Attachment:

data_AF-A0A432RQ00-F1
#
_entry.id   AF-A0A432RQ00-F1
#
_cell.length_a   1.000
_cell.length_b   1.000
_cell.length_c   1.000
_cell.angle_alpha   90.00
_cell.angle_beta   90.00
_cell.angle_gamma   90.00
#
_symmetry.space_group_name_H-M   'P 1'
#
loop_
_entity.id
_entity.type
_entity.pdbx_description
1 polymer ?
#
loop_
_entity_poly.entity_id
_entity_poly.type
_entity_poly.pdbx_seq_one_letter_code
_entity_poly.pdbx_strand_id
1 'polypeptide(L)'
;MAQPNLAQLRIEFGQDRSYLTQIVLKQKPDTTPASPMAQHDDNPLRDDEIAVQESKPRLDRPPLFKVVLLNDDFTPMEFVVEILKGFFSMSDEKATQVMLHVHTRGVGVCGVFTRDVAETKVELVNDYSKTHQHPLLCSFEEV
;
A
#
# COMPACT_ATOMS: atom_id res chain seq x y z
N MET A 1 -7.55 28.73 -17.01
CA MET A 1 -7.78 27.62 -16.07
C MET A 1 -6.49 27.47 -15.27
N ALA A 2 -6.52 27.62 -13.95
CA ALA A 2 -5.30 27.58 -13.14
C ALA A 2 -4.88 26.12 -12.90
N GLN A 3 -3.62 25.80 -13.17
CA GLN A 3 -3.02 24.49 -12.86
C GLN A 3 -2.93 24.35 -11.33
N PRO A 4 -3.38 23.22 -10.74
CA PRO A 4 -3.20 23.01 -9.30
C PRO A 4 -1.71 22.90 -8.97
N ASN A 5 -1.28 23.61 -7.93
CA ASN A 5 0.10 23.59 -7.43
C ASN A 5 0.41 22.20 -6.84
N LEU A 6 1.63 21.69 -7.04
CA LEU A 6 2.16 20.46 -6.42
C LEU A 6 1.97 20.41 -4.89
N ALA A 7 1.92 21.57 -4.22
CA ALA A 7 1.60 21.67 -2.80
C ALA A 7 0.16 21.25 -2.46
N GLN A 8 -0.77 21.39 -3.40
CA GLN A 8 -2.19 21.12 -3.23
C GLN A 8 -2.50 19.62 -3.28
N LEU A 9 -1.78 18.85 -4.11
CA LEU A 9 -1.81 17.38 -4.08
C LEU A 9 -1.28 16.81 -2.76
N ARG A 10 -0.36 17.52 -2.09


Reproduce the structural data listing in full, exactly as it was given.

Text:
data_AF-A0A432RQ00-F1
#
_entry.id   AF-A0A432RQ00-F1
#
_cell.length_a   1.000
_cell.length_b   1.000
_cell.length_c   1.000
_cell.angle_alpha   90.00
_cell.angle_beta   90.00
_cell.angle_gamma   90.00
#
_symmetry.space_group_name_H-M   'P 1'
#
loop_
_entity.id
_entity.type
_entity.pdbx_description
1 polymer ?
#
loop_
_entity_poly.entity_id
_entity_poly.type
_entity_poly.pdbx_seq_one_letter_code
_entity_poly.pdbx_strand_id
1 'polypeptide(L)'
;MAQPNLAQLRIEFGQDRSYLTQIVLKQKPDTTPASPMAQHDDNPLRDDEIAVQESKPRLDRPPLFKVVLLNDDFTPMEFVVEILKGFFSMSDEKATQVMLHVHTRGVGVCGVFTRDVAETKVELVNDYSKTHQHPLLCSFEEV
;
A
#
# COMPACT_ATOMS: atom_id res chain seq x y z
N MET A 1 -7.55 28.73 -17.01
CA MET A 1 -7.78 27.62 -16.07
C MET A 1 -6.49 27.47 -15.27
N ALA A 2 -6.52 27.62 -13.95
CA ALA A 2 -5.30 27.58 -13.14
C ALA A 2 -4.88 26.12 -12.90
N GLN A 3 -3.62 25.80 -13.17
CA GLN A 3 -3.02 24.49 -12.86
C GLN A 3 -2.93 24.35 -11.33
N PRO A 4 -3.38 23.22 -10.74
CA PRO A 4 -3.20 23.01 -9.30
C PRO A 4 -1.71 22.90 -8.97
N ASN A 5 -1.28 23.61 -7.93
CA ASN A 5 0.10 23.59 -7.43
C ASN A 5 0.41 22.20 -6.84
N LEU A 6 1.63 21.69 -7.04
CA LEU A 6 2.16 20.46 -6.42
C LEU A 6 1.97 20.41 -4.89
N ALA A 7 1.92 21.57 -4.22
CA ALA A 7 1.60 21.67 -2.80
C ALA A 7 0.16 21.25 -2.46
N GLN A 8 -0.77 21.39 -3.40
CA GLN A 8 -2.19 21.12 -3.23
C GLN A 8 -2.50 19.62 -3.28
N LEU A 9 -1.78 18.85 -4.11
CA LEU A 9 -1.81 17.38 -4.08
C LEU A 9 -1.28 16.81 -2.76
N ARG A 10 -0.36 17.52 -2.09